- Will Smith, Mary Elizabeth Winstead, Clive Owen
- David Benioff, Billy Ray, Darren Lemke
- Ang Lee
- PG (Canada), PG-13 (United States)
- Running Time
- 117 minutes
- Release Date
- October 11th, 2019
For a film that’s been in development for the last 20+ years, Gemini Man sure felt dated. Keeping the film in development so long was the fact that the technology just wasn’t quite there all while the original 1997 script was worked on by 7 other writers. In the end, the film felt like it would have worked better in 1997 but here we are in 2019. With plenty of advancements in technology, the story could be done justice (at least in theory) and who better to take the helm than Ang Lee, a director with a questionable fascination with technology and unorthodox filming styles. Just like 2016’s Billy Lynn’s Long Halftime Walk, the film was shot using a combination of 3D and a higher frame rate of 120 frames per second as opposed to the usual 60. As a result, it is easy to wonder if this choice is simply a gimmick and the answer to that question is yes and no.
Most of the promotional material for Gemini Man pretty much gives away the plot with the primary selling point being two Will Smiths. The film’s ultimate success at this (using CGI) may be debatable but the film offers not much besides that as that ridiculous premise pretty much sets the tone for the rest of the film. It’s big, it’s stupid, and it may not make sense at times but it’s better to not think of much beyond the two Smiths because of the film’s inability to develop anything beyond that subplot. The story was about a talented though now older hitman named Henry Brogan (Smith) who, after a questionable series of events (don’t bother thinking too much about it), becomes the target of the government he once worked for and a younger clone of himself with an eerily similar set of abilities.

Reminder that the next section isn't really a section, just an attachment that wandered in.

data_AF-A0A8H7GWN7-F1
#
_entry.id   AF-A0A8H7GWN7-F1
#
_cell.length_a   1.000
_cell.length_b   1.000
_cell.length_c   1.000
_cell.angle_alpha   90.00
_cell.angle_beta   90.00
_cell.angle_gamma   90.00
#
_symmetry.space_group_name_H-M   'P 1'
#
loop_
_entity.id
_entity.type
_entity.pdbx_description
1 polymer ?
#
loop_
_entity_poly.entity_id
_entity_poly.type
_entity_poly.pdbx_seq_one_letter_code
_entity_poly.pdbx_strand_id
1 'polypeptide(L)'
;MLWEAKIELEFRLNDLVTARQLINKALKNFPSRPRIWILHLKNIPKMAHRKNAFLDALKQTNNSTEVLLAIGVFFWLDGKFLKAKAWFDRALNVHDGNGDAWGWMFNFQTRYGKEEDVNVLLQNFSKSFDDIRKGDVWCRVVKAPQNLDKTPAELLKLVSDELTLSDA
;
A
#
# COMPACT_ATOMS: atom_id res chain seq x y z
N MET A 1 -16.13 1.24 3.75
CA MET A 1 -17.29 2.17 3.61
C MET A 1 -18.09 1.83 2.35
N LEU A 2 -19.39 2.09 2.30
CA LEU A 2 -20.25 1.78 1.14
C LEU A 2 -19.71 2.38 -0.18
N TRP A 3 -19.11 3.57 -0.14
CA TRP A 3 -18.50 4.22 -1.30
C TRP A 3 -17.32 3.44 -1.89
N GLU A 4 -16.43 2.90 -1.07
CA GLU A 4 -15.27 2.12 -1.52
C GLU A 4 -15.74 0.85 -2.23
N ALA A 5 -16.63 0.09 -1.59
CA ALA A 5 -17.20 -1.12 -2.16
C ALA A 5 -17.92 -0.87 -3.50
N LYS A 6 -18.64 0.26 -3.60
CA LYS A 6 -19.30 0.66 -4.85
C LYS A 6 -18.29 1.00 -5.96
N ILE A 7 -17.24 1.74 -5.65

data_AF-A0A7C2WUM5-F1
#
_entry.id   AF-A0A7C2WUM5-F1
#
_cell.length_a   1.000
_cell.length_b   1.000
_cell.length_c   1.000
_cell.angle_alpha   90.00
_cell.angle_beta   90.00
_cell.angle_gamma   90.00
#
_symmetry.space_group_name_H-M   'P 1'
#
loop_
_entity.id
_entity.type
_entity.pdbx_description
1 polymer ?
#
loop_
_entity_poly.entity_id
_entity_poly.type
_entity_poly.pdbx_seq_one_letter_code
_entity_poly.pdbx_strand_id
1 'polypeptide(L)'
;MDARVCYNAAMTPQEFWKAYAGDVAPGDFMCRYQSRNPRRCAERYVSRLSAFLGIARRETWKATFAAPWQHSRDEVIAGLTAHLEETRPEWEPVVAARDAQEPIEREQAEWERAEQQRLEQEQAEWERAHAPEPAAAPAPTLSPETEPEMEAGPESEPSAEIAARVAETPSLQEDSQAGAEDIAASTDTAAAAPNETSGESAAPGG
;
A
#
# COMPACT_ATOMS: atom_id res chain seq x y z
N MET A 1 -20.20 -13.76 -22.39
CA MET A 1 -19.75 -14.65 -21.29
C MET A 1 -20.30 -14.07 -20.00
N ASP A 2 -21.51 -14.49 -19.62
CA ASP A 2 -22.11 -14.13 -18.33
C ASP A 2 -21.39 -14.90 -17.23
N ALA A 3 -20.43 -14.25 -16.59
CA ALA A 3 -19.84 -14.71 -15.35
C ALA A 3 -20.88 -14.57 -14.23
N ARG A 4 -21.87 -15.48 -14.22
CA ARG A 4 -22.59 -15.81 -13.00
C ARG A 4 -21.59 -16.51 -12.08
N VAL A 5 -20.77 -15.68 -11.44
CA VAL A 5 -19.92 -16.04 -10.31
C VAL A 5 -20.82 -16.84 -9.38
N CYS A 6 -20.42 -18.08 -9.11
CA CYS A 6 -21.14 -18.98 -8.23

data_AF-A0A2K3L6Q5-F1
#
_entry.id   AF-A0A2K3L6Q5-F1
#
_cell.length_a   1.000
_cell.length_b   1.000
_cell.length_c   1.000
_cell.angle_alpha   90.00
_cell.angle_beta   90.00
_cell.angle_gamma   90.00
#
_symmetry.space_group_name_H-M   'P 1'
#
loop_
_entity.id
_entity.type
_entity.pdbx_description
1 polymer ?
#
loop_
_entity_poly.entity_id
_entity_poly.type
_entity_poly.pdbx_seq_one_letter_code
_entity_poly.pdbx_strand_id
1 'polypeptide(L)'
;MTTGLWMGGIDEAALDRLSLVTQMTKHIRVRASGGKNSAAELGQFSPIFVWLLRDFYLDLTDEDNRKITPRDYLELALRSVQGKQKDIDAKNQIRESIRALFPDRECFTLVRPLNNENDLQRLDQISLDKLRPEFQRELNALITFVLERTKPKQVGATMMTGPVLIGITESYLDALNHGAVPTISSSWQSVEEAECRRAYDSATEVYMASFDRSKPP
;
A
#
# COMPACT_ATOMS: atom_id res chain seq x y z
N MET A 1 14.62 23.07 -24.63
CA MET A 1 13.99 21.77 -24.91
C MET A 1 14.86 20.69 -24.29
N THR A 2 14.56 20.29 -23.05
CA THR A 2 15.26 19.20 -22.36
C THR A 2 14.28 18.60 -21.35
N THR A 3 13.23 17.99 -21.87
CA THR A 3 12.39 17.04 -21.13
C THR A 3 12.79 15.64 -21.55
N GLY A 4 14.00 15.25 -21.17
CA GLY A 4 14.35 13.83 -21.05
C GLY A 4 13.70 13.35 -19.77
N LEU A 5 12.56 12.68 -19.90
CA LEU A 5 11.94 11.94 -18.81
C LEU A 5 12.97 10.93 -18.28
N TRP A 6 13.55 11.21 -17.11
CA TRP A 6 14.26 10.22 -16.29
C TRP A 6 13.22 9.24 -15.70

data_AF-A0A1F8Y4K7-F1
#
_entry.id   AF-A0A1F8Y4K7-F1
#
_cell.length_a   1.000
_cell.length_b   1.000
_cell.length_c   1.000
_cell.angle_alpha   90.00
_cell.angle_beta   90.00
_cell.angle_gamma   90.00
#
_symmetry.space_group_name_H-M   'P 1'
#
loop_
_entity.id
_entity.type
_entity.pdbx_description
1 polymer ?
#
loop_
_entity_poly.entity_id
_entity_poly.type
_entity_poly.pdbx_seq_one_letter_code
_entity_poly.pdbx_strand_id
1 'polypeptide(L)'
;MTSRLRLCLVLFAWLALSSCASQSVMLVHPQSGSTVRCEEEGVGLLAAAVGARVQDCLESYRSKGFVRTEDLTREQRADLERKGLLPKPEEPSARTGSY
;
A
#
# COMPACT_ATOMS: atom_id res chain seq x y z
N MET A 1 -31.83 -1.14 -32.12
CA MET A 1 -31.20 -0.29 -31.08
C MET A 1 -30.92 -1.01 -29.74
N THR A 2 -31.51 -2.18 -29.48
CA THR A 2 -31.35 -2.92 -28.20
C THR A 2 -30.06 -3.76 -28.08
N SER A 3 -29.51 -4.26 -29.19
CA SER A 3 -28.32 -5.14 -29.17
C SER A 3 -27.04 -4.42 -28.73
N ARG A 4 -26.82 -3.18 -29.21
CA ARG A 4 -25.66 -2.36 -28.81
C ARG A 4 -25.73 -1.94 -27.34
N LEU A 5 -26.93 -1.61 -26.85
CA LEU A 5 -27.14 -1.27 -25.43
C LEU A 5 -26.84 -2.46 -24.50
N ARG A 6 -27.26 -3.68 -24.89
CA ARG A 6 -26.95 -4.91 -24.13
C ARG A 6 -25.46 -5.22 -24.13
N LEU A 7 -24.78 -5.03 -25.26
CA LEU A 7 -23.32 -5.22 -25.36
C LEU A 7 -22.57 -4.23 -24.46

From there, Gemini Man was a cat-and-mouse game between the older and younger Brogans under the guise of looking for answers but ultimately never seemed to go anywhere. Despite this, their many globe-trotting altercations, though unbelievable, were very exciting to watch. These action sequences, with the help of some death-defying camerawork, taking the most advantage of the higher frame rate to create some thrilling moments. However, the higher frame didn’t help certain special effects which made them a little too distracting while making others stand out for the wrong reasons. By the end, the film’s attempts to make us care for its characters and for the story to grasp at any depth whatsoever up to that point simply rung hollow and were difficult to care about as they came too little too late.
Gemini Man‘s characters and script maybe be bland but at least the performances as a whole were okay. Being the star of the film, Smith definitely did his part, using his natural charisma to elevate what was a generic character. He was fun to watch. Meanwhile. Winstead and Benedict Wong were good as Brogan’s associates Danny Zakarweski and Baron respectively. Though they were nothing more than associates, their chemistry with Smith made the three fun to watch. Owen was just as throwaway as the film’s wasted villain, Clay Verris.
At the end of the day, Gemini Man serves as proof that HFR technology is improving, however, a dated and forgettable story means that the film is destined to get lost in the shuffle.
*still courtesy of Paramount Pictures*